Small classes are generally considered a positive attribute of Wesleyan, but sometimes they make it difficult to find friends with whom to work and study. At the suggestion of Katya Sapozhnina ’16, director of the Wesleyan Entrepreneurship Society, a team of seniors seized the opportunity provided by the third annual WesHack competition to search for a solution. WesHack 2014 took place on the weekend of Sept. 5 through 7. At the event, teams of students had to create functioning apps entirely from scratch. Participants were allowed to enter the competition with ideas of what they might create, but the entire app had to be built during the intensive two-day period.
“It turns into a mess at the end, but it’s pretty cool how you get to make a whole application in one weekend,” said Aaron Plave ’15.
Plave, along with Aaron Rosen ’15, Darshdeep Hora ’15, Denise Francisco ’16 and Lili Borland ’15, worked tirelessly for 48 hours to come up with a functional app that they hope will make a difference in the lives of college students across the country.
Study Buddy, currently online and fully functional, was created as an alternative to the current room-booking system on campus, which many find fault with. In addition to finding available rooms for studying, the users of the app will also allow its users to find where others in their classes are already working.
“If you don’t know a lot of people in your class, and you have a test coming up or a homework assignment due the next day, then you can post on this app that you’re going to be working on this assignment,” Rosen said. “It [also] gives you a list of study sessions going on around campus and where to find them.”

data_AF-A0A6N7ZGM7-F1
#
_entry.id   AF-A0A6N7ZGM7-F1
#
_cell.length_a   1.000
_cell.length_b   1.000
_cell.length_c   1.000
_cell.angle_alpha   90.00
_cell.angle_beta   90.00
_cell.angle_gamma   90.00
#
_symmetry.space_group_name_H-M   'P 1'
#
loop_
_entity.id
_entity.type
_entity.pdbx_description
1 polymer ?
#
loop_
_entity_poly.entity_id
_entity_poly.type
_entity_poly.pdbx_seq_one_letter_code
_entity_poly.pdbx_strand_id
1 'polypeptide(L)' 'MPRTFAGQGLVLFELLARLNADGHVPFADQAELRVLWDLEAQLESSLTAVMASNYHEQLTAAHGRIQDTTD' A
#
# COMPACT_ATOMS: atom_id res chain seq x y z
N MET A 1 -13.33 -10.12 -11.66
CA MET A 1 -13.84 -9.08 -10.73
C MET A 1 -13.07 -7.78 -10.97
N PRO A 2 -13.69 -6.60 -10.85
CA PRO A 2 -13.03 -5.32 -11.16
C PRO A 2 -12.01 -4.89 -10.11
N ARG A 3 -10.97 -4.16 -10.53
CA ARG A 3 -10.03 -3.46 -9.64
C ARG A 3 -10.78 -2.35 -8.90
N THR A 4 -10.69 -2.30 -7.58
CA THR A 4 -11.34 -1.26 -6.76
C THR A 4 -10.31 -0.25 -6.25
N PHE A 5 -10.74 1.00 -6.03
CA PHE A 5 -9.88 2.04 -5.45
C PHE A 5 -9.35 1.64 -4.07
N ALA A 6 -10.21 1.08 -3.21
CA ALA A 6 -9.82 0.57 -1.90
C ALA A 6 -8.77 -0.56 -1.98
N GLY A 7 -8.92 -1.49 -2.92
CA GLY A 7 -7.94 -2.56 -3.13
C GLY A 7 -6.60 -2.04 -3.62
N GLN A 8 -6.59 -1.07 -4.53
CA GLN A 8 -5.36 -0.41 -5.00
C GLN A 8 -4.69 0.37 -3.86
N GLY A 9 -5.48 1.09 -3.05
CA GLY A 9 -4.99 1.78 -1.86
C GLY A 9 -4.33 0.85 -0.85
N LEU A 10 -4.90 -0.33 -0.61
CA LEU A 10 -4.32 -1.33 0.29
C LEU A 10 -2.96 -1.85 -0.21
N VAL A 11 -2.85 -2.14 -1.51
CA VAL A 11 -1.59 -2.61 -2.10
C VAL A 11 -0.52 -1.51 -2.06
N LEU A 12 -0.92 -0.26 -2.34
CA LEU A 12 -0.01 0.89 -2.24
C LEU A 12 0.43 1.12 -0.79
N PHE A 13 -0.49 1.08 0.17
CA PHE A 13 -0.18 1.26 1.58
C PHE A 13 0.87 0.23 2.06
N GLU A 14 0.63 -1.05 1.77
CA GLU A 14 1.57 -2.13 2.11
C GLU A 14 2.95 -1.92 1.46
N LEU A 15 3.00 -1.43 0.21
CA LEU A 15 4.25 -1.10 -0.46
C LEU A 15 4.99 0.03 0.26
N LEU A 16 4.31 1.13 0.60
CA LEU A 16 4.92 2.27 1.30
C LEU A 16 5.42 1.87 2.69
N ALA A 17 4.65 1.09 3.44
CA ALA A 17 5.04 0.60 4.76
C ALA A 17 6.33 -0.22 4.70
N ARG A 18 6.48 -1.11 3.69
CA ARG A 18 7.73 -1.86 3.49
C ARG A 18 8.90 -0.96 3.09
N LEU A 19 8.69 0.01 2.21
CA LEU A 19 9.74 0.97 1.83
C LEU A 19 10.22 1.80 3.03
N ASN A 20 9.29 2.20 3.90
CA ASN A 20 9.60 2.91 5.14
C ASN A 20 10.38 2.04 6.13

Plave agreed with his teammate.
“This is kind of a way to break the ice a bit and jump in in a semi-formal way to study with people,” he said.
The team stressed that while this app is meant to put students in contact with one another, it was not designed as a social network. Students are not meant to maintain relationships through the app, but rather use it as an initial meeting point for future, real-world interactions.
“I think it will bring people together,” Plave said. “I’ve been in classes sometimes, and I don’t know anybody in the class, and I’m always like, ‘Well, I wish I could study with some of these people.’”
While Study Buddy was designed for academic purposes, it could very well have added benefits, according to one of its creators.
“They told us in Intro to Psych that most of the friends you make are also buddies that you study with,” Hora said. “Hence, Study Buddy.”
Currently, anyone can access the app through its website, studybuddy.weshack.com. Logging in is simple: students can use their ePortfolio usernames and passwords. By either entering a department or course number, students can search for available spaces and existing study groups. The app also provides a place for students to create groups that their classmates can then look up and join. If one is looking for a comical diversion, the “I’m feeling lucky” button will offer an amusing surprise by introducing students to individuals at random.
Future plans for the app are not limited to the University.
“Ultimately, we want to start selling it to schools so that they can put it in their version of the ePortfolio, so they can make it more accessible to students,” Rosen said.
All five members of the team are Computer Science majors, and though this is the field in which they spend most of their time, they are grateful for the opportunities that the WesHack competition has afforded.
“[Computer Science] majors at Wesleyan, we don’t really get much of a chance to do this software stuff,” Hora said. “Like, you do a lot of theory and learning algorithms, so that’s why I think the Hackathon was popular, because everyone got to really make something. For me, an interesting part is to make something and see it work. If it works, that’s really cool.”